Public servants are not just pen-pushers
Forget the stereotype of a pen-pushing bureaucrats. There are thousands of specialist public servants in roles that might surprise you.
Their work is often unrecognised and undervalued, but it plays a vital part in all our lives: helping to protect our health and safety; safeguarding the food we eat, the air we breathe and the water we drink.
I'm not a number
On 1 March 2011, Prospect launched a new campaign to bring home to opinion-formers the importance of professionals and specialists to government and the British economy.
Called ‘I'm Not a Number', it kicked off in the House of Commons with a special presentation to MPs of all political parties by seven Prospect members:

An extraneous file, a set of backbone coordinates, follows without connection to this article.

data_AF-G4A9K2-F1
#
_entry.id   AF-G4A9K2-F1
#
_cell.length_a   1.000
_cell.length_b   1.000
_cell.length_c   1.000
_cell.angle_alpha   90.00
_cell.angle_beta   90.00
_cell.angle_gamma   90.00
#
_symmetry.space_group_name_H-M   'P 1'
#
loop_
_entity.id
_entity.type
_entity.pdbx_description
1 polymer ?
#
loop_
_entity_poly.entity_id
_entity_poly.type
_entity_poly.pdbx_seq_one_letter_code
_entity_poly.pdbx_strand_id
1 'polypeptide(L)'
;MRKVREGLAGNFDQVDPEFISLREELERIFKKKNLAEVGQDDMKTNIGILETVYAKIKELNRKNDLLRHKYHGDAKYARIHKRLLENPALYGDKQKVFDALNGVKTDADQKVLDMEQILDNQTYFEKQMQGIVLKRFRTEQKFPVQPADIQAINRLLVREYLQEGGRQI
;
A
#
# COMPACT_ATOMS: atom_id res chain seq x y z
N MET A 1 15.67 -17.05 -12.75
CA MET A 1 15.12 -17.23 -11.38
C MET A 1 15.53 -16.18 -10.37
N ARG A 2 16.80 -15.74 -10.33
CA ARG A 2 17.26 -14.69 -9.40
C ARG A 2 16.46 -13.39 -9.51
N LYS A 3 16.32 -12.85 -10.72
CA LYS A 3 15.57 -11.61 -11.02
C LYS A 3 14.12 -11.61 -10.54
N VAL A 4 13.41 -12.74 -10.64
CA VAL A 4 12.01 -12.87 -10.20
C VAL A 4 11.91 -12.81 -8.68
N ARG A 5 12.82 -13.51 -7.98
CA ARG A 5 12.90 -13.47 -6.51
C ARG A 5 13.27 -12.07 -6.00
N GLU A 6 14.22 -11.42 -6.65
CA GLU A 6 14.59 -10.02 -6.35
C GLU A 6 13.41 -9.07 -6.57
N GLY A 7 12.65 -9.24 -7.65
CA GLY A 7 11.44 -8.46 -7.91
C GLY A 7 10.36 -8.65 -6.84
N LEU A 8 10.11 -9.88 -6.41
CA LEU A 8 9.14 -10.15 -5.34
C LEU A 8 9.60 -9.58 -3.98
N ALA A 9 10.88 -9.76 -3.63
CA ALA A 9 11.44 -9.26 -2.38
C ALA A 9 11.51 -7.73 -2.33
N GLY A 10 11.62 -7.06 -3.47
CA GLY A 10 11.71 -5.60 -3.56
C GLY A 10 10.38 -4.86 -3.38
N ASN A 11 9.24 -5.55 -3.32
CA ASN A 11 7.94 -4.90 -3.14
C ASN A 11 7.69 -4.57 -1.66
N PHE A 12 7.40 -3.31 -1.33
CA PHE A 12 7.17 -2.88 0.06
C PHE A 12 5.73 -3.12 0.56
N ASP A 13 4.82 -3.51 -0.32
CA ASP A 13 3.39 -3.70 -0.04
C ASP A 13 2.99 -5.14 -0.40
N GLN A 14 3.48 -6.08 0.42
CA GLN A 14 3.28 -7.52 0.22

- climate scientist
- forensic scientist
- defence scientist
- defence engineer
- particle physicist
- air traffic controller
They explained to MPs what their job entails, the skills they have acquired and the potential impact on their work of the government's programme to cut public spending.MPs were invited to sign up to a Prospect pledge and an early day motion supporting the ‘I'm not a number' campaign. Photographs and local press releases ensured the message and the MPs' support was fed back to media in their constituencies, generating positive publicity for members and the union.
Parmjit Dhanda, parliamentary and campaigns officer for the union, said: "This was an excellent opportunity for Prospect members to get across the important work they do every day. They are not pen-pushers or numbers - they are real people who deserve the respect of our parliamentarians.
"The event highlighted the negative impact upon the public and private sectors of the government's plans to axe hundreds of thousands of jobs, and step up the pressure on ministers to think again."